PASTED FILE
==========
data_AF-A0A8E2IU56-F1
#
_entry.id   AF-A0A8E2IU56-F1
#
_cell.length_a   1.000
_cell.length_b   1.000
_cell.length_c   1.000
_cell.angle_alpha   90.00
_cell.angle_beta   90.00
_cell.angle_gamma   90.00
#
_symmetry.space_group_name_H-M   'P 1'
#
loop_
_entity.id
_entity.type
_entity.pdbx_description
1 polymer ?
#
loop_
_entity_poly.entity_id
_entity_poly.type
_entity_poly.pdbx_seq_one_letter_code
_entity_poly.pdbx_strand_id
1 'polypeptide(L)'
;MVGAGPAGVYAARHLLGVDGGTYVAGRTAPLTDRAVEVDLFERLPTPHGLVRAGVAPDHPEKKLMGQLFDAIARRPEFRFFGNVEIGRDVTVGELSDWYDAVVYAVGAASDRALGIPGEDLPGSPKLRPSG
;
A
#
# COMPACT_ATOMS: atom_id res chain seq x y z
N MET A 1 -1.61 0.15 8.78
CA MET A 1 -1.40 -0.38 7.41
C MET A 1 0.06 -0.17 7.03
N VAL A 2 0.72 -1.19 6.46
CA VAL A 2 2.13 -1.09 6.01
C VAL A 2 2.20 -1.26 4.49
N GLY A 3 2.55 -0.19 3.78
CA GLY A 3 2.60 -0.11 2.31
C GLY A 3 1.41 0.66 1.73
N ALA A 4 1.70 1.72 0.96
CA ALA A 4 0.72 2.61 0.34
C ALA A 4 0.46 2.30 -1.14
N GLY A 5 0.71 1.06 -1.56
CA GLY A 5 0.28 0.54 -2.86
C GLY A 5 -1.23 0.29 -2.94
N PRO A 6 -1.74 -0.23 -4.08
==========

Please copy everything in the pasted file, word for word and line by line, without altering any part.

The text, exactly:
data_AF-A0A8E2IU56-F1
#
_entry.id   AF-A0A8E2IU56-F1
#
_cell.length_a   1.000
_cell.length_b   1.000
_cell.length_c   1.000
_cell.angle_alpha   90.00
_cell.angle_beta   90.00
_cell.angle_gamma   90.00
#
_symmetry.space_group_name_H-M   'P 1'
#
loop_
_entity.id
_entity.type
_entity.pdbx_description
1 polymer ?
#
loop_
_entity_poly.entity_id
_entity_poly.type
_entity_poly.pdbx_seq_one_letter_code
_entity_poly.pdbx_strand_id
1 'polypeptide(L)'
;MVGAGPAGVYAARHLLGVDGGTYVAGRTAPLTDRAVEVDLFERLPTPHGLVRAGVAPDHPEKKLMGQLFDAIARRPEFRFFGNVEIGRDVTVGELSDWYDAVVYAVGAASDRALGIPGEDLPGSPKLRPSG
;
A
#
# COMPACT_ATOMS: atom_id res chain seq x y z
N MET A 1 -1.61 0.15 8.78
CA MET A 1 -1.40 -0.38 7.41
C MET A 1 0.06 -0.17 7.03
N VAL A 2 0.72 -1.19 6.46
CA VAL A 2 2.13 -1.09 6.01
C VAL A 2 2.20 -1.26 4.49
N GLY A 3 2.55 -0.19 3.78
CA GLY A 3 2.60 -0.11 2.31
C GLY A 3 1.41 0.66 1.73
N ALA A 4 1.70 1.72 0.96
CA ALA A 4 0.72 2.61 0.34
C ALA A 4 0.46 2.30 -1.14
N GLY A 5 0.71 1.06 -1.56
CA GLY A 5 0.28 0.54 -2.86
C GLY A 5 -1.23 0.29 -2.94
N PRO A 6 -1.74 -0.23 -4.08